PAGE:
Drinking in the northern part of India, where I have spent the past decade of my life, is a national sport. You drink with friends and acquaintances at house parties, you drink with journalists you’ve met for the first time over heated debates at rundown bars, you absolutely must drink at weddings, and you drink both to celebrate and mourn. I was once invited to a funeral dinner where the good late sir’s favourite alcoholic beverage was part of the menu. Naturally, a book as breezy and compulsively readable as House Spirit appealed to me instantly.
The idea is simple – a bunch of writers, mostly men, come together to write a series of pieces on the act of drinking. Memories are allowed to collide and haunt; stories, poems, and essays arranged in no particular order are laid out with immense candour, wit and heart, but never a hint of judgement. Sometimes the dam breaks, sometimes the reader smiles for the rest of the day after finishing a piece. The mood seamlessly veers from sardonic humour to foreboding and gloom. Like it happens in my favourite poem in the book, Manohar Shetty’s “Ten Feet Tall” that has the lines –
I know how it felt to be ten feet tall,
Lurching about like a leaning,
Beaming Tower of Pisa. Now sober,
I remain mostly quiet,
Content with a lime and soda,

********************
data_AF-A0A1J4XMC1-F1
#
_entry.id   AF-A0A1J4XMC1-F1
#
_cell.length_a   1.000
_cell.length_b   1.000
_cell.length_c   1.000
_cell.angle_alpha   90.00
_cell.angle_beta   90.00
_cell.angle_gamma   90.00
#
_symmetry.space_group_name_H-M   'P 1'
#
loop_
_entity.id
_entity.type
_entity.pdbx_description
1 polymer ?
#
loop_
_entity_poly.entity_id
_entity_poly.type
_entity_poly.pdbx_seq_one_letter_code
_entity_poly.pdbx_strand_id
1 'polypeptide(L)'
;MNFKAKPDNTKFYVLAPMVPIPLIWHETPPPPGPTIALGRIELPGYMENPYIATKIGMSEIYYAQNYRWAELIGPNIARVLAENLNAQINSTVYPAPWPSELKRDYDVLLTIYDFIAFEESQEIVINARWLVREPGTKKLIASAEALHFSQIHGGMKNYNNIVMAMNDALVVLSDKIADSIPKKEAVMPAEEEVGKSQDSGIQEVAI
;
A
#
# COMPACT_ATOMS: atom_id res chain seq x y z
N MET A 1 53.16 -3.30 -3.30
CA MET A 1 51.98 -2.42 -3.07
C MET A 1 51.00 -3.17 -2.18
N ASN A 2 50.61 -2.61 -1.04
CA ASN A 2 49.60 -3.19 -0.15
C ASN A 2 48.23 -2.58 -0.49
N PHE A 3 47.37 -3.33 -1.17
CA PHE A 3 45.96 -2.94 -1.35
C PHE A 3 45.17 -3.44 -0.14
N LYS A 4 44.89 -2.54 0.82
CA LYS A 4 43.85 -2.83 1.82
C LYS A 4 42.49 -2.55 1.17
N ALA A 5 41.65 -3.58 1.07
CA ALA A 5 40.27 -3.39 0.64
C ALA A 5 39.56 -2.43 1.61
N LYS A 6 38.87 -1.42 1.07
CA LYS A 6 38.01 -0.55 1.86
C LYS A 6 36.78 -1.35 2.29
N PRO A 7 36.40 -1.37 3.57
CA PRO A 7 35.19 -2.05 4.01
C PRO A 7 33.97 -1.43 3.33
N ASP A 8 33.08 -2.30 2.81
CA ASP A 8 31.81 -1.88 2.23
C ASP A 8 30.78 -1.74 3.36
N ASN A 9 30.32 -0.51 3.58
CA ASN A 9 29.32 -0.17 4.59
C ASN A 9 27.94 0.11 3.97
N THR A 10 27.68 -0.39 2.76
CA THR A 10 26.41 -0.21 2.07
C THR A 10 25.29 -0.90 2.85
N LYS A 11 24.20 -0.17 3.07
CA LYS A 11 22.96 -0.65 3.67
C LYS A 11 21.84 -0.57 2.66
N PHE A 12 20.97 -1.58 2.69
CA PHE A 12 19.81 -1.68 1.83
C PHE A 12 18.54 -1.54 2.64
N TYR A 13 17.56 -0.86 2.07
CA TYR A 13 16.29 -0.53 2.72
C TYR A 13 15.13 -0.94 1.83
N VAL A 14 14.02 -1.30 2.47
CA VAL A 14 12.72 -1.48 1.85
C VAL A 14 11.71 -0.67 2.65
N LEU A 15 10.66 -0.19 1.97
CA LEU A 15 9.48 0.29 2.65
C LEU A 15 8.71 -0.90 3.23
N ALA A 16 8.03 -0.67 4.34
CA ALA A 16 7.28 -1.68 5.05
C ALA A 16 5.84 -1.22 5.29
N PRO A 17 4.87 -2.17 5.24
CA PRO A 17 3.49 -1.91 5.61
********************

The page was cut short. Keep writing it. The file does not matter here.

And then the same poem ends with –
I know how it felt to be ten feet tall
And to wake up crunched into a doll,
My head unscrewed from my neck,
My fingers digging and clawing myself
Out from a ditch ten feet tall.
The shift in tone is a staggering achievement.
You don’t have to be an alcoholic, I am not and I have been trying to convince everyone for some years now, to savour and adore the writing here. The list of authors contributing in this volume – from Jeet Thayil, Siddharth Chowdhury, Anjum Hasan to Adil Jussawalla, Mayank Shekhar, and Amit Chaudhuri among other popular names – is delectable enough for any reader to take a shot at it. Pun unintended. Even better would be if you gather all your friends on a Friday evening and take turns to read out some of the pieces. Like drinking, reading can also be a social practice sometimes. Make sure it’s a BYOB party though: Bring Your Own Books. Writers can do with all the love, but they need copies to sell too!